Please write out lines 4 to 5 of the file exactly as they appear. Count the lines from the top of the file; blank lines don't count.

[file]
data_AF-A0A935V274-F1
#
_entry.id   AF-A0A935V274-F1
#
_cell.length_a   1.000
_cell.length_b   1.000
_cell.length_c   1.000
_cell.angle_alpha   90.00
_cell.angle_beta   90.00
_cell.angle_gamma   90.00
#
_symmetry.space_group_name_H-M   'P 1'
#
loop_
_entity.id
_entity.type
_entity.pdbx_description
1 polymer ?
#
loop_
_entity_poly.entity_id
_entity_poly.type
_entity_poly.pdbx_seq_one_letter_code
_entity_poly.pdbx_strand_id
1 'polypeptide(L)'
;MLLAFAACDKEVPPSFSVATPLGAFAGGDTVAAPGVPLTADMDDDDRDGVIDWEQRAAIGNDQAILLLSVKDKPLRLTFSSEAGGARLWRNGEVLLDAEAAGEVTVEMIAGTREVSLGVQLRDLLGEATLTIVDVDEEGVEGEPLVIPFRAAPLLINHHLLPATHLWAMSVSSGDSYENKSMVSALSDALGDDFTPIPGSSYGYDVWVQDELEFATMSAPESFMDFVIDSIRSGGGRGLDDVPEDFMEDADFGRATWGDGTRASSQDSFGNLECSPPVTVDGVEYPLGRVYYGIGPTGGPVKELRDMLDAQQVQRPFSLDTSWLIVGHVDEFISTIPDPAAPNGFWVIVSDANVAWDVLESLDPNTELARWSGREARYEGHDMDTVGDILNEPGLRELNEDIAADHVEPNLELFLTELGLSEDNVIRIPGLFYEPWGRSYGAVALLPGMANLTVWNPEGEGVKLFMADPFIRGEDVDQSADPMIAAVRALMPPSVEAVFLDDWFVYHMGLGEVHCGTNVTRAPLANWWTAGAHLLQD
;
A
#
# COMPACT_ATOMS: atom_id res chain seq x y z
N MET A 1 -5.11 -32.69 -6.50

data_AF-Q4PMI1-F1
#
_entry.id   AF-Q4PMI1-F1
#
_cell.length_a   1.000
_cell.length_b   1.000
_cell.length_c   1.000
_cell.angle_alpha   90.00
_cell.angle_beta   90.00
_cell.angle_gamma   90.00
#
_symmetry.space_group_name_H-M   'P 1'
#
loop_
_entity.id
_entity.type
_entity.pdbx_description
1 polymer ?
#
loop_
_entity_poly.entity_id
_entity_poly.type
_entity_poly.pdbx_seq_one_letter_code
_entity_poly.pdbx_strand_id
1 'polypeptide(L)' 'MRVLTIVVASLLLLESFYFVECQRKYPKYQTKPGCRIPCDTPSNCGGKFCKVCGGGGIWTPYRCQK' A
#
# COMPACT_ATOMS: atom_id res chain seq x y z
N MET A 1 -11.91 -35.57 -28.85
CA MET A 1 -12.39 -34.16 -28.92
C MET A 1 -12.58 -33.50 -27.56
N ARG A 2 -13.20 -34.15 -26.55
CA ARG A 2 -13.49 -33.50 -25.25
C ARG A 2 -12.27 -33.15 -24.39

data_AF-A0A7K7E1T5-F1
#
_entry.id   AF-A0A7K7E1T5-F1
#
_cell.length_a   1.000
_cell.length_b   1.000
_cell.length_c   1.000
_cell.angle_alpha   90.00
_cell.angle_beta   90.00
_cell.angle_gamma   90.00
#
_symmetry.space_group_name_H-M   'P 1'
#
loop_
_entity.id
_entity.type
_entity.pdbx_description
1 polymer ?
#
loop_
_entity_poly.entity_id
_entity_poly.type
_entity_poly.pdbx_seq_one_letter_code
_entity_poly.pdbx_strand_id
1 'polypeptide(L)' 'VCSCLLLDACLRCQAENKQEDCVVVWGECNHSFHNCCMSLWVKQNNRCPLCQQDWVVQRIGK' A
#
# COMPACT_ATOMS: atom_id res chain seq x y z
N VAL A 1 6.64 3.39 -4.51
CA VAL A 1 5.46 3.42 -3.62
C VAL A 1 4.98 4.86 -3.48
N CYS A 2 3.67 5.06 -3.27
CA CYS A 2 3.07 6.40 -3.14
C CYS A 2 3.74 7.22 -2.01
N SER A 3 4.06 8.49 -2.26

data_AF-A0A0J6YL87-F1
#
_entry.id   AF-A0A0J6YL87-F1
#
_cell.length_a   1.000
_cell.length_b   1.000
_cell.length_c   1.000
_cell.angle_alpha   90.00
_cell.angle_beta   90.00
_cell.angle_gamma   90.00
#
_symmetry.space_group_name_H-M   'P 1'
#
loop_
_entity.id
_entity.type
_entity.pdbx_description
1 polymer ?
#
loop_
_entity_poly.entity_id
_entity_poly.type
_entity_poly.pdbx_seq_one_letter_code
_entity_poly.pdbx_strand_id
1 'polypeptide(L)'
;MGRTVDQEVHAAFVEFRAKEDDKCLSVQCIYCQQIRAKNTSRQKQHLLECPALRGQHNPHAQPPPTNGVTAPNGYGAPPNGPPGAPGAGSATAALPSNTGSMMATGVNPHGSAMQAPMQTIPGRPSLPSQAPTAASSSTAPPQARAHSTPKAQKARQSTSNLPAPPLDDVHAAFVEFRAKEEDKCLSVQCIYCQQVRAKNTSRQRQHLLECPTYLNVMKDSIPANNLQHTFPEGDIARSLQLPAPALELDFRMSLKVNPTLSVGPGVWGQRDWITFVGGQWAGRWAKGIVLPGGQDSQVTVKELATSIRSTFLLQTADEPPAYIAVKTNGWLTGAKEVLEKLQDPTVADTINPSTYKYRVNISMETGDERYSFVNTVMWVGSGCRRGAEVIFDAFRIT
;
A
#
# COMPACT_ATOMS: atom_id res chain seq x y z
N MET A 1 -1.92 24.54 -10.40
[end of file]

#
_cell.length_a   1.000